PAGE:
Are emerging economies already engaging with Industry 4.0 technologies?


By Michele Delera, UNU-MERIT, Carlo Pietrobelli, UNU-MERIT and University Roma Tre, and Elisa Calza and Alejandro Lavopa, UNIDO[1]


There are many controversies among economists but one fact is undisputed: long-run productivity growth depends on the absorption and deployment of new technologies. Some estimates indicate that differences in technology diffusion account for a quarter of cross-country differences in per capita income. In the midst of a new Industrial Revolution driven by artificial intelligence, machine-to-machine communication, cloud computing and additive manufacturing, countries’ capacity to catch-up will likely depend on the speed with which they absorb these technologies. The implications for emerging economies are profound. New technologies may undermine the viability of labour-intensive development. Yet they may also open up new ways for developing countries to integrate in the global economy.

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Rural conflicts Africa

Conflicts are becoming increasingly rural in North and West Africa


By Steven M. Radil, U.S. Air Force Academy, Olivier Walther, University of Florida, Nicholas Dorward, University of Bristol, Matthew Pflaum, University of Florida and Marie Trémolières, Sahel and West Africa Club (SWAC), OECD


Political violence is moving away from cities in North and West Africa, even as urban populations continue to grow at an unprecedented pace in the region. More than half of the violent events observed in 2021 took place in rural areas, against 20% a decade ago. The emergence of Jihadist insurgencies in the Sahel and its southern peripheries explains this ruralisation of conflict that affects a growing number of civilians and border regions.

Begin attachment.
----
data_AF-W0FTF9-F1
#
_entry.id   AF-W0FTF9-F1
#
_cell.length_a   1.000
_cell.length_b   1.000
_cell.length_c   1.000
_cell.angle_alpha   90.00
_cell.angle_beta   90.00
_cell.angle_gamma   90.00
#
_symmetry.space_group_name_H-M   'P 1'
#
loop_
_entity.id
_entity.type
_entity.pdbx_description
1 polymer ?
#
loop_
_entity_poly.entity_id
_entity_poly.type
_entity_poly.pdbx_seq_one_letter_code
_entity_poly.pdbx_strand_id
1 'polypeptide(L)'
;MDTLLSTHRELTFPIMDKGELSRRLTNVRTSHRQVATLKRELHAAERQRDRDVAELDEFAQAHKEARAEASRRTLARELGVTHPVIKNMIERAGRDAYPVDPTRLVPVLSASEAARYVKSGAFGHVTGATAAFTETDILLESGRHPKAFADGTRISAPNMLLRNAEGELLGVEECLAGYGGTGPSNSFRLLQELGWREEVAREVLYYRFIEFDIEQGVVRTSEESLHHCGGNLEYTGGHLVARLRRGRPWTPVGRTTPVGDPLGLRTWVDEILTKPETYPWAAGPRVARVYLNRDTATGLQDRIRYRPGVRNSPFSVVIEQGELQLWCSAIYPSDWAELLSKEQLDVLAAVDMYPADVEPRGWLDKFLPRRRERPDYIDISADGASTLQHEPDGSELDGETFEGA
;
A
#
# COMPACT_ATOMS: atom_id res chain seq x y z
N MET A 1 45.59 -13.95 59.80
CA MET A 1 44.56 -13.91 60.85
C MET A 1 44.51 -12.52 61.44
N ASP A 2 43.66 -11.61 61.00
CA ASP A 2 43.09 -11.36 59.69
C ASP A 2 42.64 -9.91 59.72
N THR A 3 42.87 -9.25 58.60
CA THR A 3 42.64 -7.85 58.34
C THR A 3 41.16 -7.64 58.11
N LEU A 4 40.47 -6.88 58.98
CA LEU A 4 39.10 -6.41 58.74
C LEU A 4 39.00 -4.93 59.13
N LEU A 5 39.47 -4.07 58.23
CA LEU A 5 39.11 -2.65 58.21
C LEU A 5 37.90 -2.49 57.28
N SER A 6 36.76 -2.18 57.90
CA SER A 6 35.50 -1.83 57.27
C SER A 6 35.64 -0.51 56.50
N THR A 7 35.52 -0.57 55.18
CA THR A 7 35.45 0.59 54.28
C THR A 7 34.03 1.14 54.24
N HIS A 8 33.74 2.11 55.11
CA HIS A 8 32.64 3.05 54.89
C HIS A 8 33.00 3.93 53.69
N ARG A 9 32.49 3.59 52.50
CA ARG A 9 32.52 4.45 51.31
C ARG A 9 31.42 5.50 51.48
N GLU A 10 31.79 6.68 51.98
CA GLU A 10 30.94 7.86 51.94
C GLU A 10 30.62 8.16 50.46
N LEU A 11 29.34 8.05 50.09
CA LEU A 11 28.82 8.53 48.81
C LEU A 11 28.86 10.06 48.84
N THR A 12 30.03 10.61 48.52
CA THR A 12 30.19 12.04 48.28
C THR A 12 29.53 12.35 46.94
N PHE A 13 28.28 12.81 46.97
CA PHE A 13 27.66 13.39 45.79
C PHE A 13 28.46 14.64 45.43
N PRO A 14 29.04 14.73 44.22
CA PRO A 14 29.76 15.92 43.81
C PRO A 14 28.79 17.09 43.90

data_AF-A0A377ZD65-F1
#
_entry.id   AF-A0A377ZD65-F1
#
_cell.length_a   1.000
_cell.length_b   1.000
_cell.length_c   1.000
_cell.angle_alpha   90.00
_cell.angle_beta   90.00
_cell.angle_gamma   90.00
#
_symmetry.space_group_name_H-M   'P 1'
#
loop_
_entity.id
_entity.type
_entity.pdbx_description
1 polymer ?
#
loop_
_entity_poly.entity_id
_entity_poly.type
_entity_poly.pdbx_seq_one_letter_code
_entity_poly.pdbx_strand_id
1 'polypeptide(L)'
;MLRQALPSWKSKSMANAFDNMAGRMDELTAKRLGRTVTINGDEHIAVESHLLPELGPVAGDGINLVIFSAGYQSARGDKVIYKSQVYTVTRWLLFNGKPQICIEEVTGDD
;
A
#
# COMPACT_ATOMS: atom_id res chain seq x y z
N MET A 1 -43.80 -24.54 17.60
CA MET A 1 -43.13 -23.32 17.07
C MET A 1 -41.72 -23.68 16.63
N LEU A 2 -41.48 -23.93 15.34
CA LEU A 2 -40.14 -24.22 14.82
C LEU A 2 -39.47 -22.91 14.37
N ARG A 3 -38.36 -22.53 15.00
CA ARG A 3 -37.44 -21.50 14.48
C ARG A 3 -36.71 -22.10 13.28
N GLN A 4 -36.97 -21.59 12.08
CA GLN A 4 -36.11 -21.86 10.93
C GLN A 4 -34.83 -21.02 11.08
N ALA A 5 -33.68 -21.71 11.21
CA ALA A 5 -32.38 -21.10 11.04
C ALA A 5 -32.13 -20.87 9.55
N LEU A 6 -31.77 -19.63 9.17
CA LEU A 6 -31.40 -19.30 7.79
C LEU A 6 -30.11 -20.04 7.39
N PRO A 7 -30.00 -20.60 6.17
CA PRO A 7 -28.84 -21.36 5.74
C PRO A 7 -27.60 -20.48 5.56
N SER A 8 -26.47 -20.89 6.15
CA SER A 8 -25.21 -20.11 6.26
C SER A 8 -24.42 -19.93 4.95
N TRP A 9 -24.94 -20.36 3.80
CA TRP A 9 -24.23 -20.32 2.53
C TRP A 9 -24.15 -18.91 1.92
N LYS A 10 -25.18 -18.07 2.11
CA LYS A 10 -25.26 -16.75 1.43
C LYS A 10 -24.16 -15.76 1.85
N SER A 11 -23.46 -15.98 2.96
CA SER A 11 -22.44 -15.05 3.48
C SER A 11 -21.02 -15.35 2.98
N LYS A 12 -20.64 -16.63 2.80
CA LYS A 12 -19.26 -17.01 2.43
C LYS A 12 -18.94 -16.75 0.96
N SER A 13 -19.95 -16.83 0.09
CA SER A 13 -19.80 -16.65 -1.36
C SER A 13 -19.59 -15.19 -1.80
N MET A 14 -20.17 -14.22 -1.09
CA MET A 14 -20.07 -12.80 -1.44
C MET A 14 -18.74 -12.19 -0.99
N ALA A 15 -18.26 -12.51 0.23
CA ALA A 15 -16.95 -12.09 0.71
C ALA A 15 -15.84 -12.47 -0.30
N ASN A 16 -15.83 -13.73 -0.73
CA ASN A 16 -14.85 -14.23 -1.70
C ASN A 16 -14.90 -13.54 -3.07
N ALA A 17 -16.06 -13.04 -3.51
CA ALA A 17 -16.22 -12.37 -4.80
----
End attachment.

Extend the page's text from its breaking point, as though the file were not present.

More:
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The expanding threat to food security in least developed countries


By Brendan Vickers, Head, International Trade Policy Section; Salamat Ali, Economic Adviser & Trade Economist and Neil Balchin, Economic Adviser, Trade Policy Analysis, The Commonwealth Secretariat, London.


The number of severely food insecure people across the world is estimated to have doubled in the first two years of the COVID-19 pandemic to 276 million. This number is expected to reach 323 million in 2022 due to the war in Ukraine. Least developed countries (LDCs) are particularly exposed to this crisis within a crisis: data from the Food and Agriculture Organization indicates more than 251 million people in LDCs are severely food insecure.

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A new global economic diversification index


By Aathira Prasad, Director, Macroeconomics and Nasser Saidi, President, Nasser Saidi & Associates


“My dear, here we must run as fast as we can, just to stay in place. And if you wish to go anywhere you must run twice as fast as that.”